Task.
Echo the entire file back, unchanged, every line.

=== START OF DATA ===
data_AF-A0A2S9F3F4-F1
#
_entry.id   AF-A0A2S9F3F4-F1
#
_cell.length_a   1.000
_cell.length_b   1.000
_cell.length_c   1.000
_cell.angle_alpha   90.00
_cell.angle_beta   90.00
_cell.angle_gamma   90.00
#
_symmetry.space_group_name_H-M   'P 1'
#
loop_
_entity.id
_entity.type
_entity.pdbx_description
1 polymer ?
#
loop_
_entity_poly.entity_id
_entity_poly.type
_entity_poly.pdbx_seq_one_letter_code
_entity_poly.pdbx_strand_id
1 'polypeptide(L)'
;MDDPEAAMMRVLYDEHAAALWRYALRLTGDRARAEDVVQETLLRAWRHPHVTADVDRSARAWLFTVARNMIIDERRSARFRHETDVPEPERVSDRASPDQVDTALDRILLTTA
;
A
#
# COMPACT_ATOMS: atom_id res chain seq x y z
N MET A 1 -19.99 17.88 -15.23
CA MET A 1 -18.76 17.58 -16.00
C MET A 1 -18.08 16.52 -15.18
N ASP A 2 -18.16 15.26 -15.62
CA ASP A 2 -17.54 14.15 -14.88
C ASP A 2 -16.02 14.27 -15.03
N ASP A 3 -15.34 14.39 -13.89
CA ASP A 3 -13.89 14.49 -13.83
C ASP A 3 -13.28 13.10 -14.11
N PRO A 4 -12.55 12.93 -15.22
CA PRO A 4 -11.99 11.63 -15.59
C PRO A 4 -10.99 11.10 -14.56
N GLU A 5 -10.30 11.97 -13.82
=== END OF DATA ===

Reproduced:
data_AF-A0A2S9F3F4-F1
#
_entry.id   AF-A0A2S9F3F4-F1
#
_cell.length_a   1.000
_cell.length_b   1.000
_cell.length_c   1.000
_cell.angle_alpha   90.00
_cell.angle_beta   90.00
_cell.angle_gamma   90.00
#
_symmetry.space_group_name_H-M   'P 1'
#
loop_
_entity.id
_entity.type
_entity.pdbx_description
1 polymer ?
#
loop_
_entity_poly.entity_id
_entity_poly.type
_entity_poly.pdbx_seq_one_letter_code
_entity_poly.pdbx_strand_id
1 'polypeptide(L)'
;MDDPEAAMMRVLYDEHAAALWRYALRLTGDRARAEDVVQETLLRAWRHPHVTADVDRSARAWLFTVARNMIIDERRSARFRHETDVPEPERVSDRASPDQVDTALDRILLTTA
;
A
#
# COMPACT_ATOMS: atom_id res chain seq x y z
N MET A 1 -19.99 17.88 -15.23
CA MET A 1 -18.76 17.58 -16.00
C MET A 1 -18.08 16.52 -15.18
N ASP A 2 -18.16 15.26 -15.62
CA ASP A 2 -17.54 14.15 -14.88
C ASP A 2 -16.02 14.27 -15.03
N ASP A 3 -15.34 14.39 -13.89
CA ASP A 3 -13.89 14.49 -13.83
C ASP A 3 -13.28 13.10 -14.11
N PRO A 4 -12.55 12.93 -15.22
CA PRO A 4 -11.99 11.63 -15.59
C PRO A 4 -10.99 11.10 -14.56
N GLU A 5 -10.30 11.97 -13.82